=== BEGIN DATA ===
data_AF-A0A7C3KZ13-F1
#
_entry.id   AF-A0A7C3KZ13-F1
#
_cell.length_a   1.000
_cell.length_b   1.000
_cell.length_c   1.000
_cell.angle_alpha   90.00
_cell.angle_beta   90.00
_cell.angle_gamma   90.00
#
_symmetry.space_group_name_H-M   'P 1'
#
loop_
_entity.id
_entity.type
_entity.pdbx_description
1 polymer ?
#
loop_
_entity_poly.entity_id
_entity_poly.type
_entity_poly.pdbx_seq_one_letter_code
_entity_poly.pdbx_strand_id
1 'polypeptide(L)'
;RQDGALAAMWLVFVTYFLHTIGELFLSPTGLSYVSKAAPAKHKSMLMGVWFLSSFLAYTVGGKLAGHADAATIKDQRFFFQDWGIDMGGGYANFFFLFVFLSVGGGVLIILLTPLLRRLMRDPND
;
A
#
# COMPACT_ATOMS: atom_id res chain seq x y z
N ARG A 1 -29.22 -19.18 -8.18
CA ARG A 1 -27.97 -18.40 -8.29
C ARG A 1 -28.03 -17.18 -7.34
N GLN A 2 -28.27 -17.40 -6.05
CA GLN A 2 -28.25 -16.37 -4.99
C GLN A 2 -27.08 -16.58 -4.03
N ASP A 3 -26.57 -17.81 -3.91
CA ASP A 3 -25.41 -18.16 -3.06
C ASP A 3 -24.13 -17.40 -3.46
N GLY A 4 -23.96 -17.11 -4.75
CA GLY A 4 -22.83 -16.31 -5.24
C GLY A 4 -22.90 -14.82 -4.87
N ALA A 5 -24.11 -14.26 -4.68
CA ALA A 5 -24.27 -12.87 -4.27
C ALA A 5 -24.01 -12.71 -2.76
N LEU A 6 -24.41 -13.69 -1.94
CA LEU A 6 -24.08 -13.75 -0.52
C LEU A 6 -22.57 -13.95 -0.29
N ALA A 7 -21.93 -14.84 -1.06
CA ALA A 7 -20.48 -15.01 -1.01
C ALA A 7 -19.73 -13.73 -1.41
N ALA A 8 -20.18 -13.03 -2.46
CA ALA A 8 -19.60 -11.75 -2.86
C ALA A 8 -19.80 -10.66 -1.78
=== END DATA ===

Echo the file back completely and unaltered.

data_AF-A0A7C3KZ13-F1
#
_entry.id   AF-A0A7C3KZ13-F1
#
_cell.length_a   1.000
_cell.length_b   1.000
_cell.length_c   1.000
_cell.angle_alpha   90.00
_cell.angle_beta   90.00
_cell.angle_gamma   90.00
#
_symmetry.space_group_name_H-M   'P 1'
#
loop_
_entity.id
_entity.type
_entity.pdbx_description
1 polymer ?
#
loop_
_entity_poly.entity_id
_entity_poly.type
_entity_poly.pdbx_seq_one_letter_code
_entity_poly.pdbx_strand_id
1 'polypeptide(L)'
;RQDGALAAMWLVFVTYFLHTIGELFLSPTGLSYVSKAAPAKHKSMLMGVWFLSSFLAYTVGGKLAGHADAATIKDQRFFFQDWGIDMGGGYANFFFLFVFLSVGGGVLIILLTPLLRRLMRDPND
;
A
#
# COMPACT_ATOMS: atom_id res chain seq x y z
N ARG A 1 -29.22 -19.18 -8.18
CA ARG A 1 -27.97 -18.40 -8.29
C ARG A 1 -28.03 -17.18 -7.34
N GLN A 2 -28.27 -17.40 -6.05
CA GLN A 2 -28.25 -16.37 -4.99
C GLN A 2 -27.08 -16.58 -4.03
N ASP A 3 -26.57 -17.81 -3.91
CA ASP A 3 -25.41 -18.16 -3.06
C ASP A 3 -24.13 -17.40 -3.46
N GLY A 4 -23.96 -17.11 -4.75
CA GLY A 4 -22.83 -16.31 -5.24
C GLY A 4 -22.90 -14.82 -4.87
N ALA A 5 -24.11 -14.26 -4.68
CA ALA A 5 -24.27 -12.87 -4.27
C ALA A 5 -24.01 -12.71 -2.76
N LEU A 6 -24.41 -13.69 -1.94
CA LEU A 6 -24.08 -13.75 -0.52
C LEU A 6 -22.57 -13.95 -0.29
N ALA A 7 -21.93 -14.84 -1.06
CA ALA A 7 -20.48 -15.01 -1.01
C ALA A 7 -19.73 -13.73 -1.41
N ALA A 8 -20.18 -13.03 -2.46
CA ALA A 8 -19.60 -11.75 -2.86
C ALA A 8 -19.80 -10.66 -1.78